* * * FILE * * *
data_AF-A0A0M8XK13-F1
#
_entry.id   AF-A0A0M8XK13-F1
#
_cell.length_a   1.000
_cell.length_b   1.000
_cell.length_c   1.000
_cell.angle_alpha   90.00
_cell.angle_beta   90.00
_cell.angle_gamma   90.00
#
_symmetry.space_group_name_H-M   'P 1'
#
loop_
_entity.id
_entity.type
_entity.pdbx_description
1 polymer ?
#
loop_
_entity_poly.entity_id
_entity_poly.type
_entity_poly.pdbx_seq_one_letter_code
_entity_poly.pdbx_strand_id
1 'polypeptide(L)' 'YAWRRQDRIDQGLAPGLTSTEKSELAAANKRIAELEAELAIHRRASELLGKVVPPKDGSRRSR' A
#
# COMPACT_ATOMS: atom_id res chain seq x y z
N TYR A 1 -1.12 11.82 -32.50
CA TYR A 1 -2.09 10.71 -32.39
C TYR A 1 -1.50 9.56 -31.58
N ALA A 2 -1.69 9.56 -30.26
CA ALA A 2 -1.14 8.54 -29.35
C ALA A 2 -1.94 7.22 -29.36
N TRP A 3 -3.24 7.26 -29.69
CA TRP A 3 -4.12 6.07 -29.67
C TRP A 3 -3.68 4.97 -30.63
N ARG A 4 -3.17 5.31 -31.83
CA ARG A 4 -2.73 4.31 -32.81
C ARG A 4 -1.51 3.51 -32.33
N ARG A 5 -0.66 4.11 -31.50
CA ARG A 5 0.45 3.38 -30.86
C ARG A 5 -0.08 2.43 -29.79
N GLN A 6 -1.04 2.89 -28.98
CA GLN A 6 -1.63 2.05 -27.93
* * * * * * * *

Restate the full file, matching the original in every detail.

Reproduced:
data_AF-A0A0M8XK13-F1
#
_entry.id   AF-A0A0M8XK13-F1
#
_cell.length_a   1.000
_cell.length_b   1.000
_cell.length_c   1.000
_cell.angle_alpha   90.00
_cell.angle_beta   90.00
_cell.angle_gamma   90.00
#
_symmetry.space_group_name_H-M   'P 1'
#
loop_
_entity.id
_entity.type
_entity.pdbx_description
1 polymer ?
#
loop_
_entity_poly.entity_id
_entity_poly.type
_entity_poly.pdbx_seq_one_letter_code
_entity_poly.pdbx_strand_id
1 'polypeptide(L)' 'YAWRRQDRIDQGLAPGLTSTEKSELAAANKRIAELEAELAIHRRASELLGKVVPPKDGSRRSR' A
#
# COMPACT_ATOMS: atom_id res chain seq x y z
N TYR A 1 -1.12 11.82 -32.50
CA TYR A 1 -2.09 10.71 -32.39
C TYR A 1 -1.50 9.56 -31.58
N ALA A 2 -1.69 9.56 -30.26
CA ALA A 2 -1.14 8.54 -29.35
C ALA A 2 -1.94 7.22 -29.36
N TRP A 3 -3.24 7.26 -29.69
CA TRP A 3 -4.12 6.07 -29.67
C TRP A 3 -3.68 4.97 -30.63
N ARG A 4 -3.17 5.31 -31.83
CA ARG A 4 -2.73 4.31 -32.81
C ARG A 4 -1.51 3.51 -32.33
N ARG A 5 -0.66 4.11 -31.50
CA ARG A 5 0.45 3.38 -30.86
C ARG A 5 -0.08 2.43 -29.79
N GLN A 6 -1.04 2.89 -28.98
CA GLN A 6 -1.63 2.05 -27.93